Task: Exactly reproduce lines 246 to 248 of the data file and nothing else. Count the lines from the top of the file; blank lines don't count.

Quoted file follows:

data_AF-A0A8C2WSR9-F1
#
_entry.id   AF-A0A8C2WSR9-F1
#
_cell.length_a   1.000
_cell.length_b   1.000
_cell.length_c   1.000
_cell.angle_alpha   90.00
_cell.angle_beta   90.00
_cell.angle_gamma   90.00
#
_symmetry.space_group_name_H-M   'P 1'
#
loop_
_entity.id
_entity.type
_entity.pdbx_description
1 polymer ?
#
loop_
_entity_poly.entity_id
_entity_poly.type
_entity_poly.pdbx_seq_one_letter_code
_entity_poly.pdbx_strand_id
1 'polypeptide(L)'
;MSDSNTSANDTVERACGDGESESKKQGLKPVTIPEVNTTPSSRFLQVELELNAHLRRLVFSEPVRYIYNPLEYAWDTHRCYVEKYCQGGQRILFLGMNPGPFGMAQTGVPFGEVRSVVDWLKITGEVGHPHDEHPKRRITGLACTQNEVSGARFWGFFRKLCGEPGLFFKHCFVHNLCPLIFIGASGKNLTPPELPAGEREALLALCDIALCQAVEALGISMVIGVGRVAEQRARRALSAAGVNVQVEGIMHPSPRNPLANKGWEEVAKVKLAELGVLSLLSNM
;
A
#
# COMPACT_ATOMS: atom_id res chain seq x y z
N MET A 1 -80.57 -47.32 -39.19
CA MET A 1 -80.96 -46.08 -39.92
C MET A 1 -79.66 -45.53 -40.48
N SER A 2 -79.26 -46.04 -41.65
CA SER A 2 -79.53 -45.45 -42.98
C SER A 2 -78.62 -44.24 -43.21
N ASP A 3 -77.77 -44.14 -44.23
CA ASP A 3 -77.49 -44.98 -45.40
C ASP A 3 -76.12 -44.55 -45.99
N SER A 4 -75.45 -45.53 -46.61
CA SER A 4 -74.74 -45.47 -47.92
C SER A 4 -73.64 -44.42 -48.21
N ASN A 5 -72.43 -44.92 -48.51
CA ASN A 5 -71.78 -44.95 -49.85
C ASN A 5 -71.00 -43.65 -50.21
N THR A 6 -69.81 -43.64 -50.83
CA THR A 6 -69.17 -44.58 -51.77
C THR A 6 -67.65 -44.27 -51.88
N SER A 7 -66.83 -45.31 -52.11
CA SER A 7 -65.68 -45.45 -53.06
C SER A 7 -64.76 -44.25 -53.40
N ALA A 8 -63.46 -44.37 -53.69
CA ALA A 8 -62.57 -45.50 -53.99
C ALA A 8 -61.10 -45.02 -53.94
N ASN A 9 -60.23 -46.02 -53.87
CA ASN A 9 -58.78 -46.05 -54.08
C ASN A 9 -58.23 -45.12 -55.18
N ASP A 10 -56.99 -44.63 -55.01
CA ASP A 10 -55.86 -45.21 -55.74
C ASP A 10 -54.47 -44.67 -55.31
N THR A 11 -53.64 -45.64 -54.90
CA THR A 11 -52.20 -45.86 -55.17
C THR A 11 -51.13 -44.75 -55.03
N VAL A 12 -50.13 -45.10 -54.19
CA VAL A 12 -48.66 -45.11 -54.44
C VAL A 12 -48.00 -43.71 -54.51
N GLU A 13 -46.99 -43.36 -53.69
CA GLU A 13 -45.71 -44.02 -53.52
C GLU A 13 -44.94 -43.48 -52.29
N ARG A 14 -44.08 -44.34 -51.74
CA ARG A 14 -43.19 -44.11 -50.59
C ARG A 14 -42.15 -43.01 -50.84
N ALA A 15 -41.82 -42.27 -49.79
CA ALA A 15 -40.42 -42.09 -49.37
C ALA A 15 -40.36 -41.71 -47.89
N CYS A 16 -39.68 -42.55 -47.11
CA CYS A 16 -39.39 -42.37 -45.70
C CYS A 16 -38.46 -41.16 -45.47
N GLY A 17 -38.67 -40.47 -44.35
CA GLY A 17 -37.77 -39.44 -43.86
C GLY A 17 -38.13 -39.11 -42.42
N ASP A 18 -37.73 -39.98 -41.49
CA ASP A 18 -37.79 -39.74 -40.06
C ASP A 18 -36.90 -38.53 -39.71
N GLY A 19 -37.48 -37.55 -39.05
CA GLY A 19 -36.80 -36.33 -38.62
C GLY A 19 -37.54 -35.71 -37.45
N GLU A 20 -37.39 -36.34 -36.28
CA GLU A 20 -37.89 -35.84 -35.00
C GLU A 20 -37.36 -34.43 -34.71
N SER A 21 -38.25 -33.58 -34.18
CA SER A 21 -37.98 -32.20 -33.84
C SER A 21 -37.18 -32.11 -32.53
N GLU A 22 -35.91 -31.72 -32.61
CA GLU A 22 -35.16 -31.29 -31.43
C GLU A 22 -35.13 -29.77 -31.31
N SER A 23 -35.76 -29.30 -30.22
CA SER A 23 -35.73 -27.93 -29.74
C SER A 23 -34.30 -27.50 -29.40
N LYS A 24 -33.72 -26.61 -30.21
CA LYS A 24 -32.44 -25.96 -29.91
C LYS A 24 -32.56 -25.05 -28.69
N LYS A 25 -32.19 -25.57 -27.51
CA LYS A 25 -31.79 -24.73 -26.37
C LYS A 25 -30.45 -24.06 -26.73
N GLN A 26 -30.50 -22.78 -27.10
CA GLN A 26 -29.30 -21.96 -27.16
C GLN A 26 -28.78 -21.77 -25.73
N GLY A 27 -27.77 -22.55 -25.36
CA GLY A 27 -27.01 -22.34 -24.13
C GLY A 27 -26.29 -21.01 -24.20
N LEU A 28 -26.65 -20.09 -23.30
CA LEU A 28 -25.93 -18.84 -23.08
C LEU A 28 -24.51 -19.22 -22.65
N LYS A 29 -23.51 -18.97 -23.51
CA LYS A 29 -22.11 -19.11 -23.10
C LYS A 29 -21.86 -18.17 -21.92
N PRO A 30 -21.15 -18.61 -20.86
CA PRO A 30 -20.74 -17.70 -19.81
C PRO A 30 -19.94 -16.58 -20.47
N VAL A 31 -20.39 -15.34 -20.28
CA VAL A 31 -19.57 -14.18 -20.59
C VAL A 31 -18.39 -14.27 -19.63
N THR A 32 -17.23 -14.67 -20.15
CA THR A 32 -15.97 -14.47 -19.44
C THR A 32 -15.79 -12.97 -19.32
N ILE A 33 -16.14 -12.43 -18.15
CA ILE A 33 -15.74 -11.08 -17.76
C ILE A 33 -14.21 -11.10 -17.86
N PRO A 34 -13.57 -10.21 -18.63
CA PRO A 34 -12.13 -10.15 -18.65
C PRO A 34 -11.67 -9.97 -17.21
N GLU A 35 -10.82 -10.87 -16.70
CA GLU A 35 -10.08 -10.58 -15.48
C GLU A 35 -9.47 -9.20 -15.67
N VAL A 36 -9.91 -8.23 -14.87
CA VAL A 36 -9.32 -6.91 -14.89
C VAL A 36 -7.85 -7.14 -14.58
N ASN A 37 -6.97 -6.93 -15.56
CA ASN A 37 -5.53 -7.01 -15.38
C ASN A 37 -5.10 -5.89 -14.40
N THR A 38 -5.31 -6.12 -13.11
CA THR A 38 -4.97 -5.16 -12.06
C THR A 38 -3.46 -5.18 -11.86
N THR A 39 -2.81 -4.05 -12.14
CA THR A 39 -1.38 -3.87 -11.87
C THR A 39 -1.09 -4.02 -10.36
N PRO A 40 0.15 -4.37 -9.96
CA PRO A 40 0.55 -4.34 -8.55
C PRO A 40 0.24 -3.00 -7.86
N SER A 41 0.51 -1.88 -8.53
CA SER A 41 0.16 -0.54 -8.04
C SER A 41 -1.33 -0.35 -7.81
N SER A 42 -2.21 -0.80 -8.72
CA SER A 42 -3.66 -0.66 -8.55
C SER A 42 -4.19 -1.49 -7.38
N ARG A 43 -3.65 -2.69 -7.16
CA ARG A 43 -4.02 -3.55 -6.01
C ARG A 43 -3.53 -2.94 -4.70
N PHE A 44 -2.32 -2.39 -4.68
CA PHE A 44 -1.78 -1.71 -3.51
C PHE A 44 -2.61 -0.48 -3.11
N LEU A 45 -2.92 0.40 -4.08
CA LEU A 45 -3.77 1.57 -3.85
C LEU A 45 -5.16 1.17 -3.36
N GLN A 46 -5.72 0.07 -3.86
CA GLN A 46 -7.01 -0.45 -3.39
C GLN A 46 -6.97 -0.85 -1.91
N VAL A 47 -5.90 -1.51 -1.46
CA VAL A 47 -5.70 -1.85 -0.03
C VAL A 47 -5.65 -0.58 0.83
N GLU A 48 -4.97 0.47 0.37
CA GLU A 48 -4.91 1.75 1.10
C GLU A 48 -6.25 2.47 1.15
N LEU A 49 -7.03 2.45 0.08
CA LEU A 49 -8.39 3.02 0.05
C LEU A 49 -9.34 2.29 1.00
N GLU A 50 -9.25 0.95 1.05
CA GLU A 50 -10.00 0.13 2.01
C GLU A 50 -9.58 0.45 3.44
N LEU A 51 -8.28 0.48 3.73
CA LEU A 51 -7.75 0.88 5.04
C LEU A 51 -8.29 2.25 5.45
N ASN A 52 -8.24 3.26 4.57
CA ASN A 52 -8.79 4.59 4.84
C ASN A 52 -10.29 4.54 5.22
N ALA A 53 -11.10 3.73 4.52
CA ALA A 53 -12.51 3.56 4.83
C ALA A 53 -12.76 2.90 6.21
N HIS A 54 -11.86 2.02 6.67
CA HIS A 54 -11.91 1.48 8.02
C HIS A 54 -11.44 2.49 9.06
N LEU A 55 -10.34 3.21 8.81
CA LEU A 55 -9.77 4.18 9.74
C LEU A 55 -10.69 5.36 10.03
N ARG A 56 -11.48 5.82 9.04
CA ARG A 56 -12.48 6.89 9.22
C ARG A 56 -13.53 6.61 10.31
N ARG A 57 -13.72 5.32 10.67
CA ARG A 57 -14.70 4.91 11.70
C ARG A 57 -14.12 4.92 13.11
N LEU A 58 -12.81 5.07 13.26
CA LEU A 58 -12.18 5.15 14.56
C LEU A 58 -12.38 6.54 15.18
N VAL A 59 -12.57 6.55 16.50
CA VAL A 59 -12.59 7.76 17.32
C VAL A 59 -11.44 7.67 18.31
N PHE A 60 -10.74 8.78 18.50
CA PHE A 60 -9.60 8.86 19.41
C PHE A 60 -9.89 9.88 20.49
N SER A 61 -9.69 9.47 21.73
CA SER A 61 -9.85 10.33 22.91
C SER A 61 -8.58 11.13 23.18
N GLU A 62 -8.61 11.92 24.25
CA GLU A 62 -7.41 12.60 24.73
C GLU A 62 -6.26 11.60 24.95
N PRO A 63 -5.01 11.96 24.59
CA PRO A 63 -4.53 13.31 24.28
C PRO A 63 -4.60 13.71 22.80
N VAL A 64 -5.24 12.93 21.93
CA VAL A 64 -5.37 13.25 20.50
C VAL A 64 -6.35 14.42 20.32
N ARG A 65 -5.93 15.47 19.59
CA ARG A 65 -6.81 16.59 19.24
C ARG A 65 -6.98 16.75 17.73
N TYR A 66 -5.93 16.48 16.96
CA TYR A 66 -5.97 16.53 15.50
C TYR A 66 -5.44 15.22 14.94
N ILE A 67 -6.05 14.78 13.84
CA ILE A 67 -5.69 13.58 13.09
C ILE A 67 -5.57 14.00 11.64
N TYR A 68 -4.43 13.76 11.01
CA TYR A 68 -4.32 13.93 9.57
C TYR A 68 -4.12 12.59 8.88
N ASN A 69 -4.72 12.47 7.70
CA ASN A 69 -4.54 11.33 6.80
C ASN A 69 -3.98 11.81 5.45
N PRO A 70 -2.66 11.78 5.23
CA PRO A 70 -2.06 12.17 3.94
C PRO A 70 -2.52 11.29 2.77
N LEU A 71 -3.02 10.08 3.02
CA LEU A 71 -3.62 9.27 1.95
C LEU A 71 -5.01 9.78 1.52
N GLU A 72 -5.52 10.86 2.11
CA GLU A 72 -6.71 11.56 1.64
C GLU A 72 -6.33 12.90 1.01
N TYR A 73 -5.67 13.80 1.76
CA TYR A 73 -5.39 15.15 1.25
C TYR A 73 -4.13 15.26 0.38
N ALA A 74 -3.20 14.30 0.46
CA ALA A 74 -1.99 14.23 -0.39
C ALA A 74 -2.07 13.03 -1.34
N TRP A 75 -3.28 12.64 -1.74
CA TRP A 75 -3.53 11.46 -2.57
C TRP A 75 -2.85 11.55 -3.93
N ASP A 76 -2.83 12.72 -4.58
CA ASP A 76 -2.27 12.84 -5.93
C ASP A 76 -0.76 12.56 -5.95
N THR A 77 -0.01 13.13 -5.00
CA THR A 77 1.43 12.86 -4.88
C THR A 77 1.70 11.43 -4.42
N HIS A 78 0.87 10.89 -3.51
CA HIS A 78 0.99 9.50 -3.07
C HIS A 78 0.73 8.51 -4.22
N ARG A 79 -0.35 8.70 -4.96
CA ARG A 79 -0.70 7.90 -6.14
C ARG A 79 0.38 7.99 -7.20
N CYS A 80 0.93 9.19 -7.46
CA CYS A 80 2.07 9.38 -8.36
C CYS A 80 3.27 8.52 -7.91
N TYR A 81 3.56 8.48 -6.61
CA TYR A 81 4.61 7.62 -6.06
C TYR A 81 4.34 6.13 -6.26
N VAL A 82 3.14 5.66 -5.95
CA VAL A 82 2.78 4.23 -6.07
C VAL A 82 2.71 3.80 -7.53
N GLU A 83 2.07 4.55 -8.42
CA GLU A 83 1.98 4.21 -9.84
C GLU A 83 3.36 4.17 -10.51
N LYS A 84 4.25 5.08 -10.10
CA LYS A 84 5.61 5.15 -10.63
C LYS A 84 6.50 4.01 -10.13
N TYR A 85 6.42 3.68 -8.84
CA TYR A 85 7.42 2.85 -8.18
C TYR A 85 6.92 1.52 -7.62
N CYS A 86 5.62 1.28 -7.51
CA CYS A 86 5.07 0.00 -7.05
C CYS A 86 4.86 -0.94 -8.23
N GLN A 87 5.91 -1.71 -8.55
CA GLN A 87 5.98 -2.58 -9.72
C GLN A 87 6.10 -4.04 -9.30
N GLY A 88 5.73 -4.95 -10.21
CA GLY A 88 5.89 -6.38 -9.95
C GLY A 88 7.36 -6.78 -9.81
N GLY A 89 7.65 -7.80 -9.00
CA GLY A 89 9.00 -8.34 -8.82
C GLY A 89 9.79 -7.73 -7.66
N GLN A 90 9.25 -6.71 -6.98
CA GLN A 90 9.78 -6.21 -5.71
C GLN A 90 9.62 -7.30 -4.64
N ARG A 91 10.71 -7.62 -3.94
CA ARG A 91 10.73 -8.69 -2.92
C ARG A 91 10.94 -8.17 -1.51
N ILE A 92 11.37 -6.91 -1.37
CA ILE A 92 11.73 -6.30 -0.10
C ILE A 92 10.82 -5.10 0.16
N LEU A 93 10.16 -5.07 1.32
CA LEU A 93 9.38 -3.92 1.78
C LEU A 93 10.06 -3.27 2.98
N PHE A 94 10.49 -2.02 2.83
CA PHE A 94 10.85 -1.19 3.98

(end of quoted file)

C GLU A 72 -6.33 12.90 1.01
N TYR A 73 -5.67 13.80 1.76
CA TYR A 73 -5.39 15.15 1.25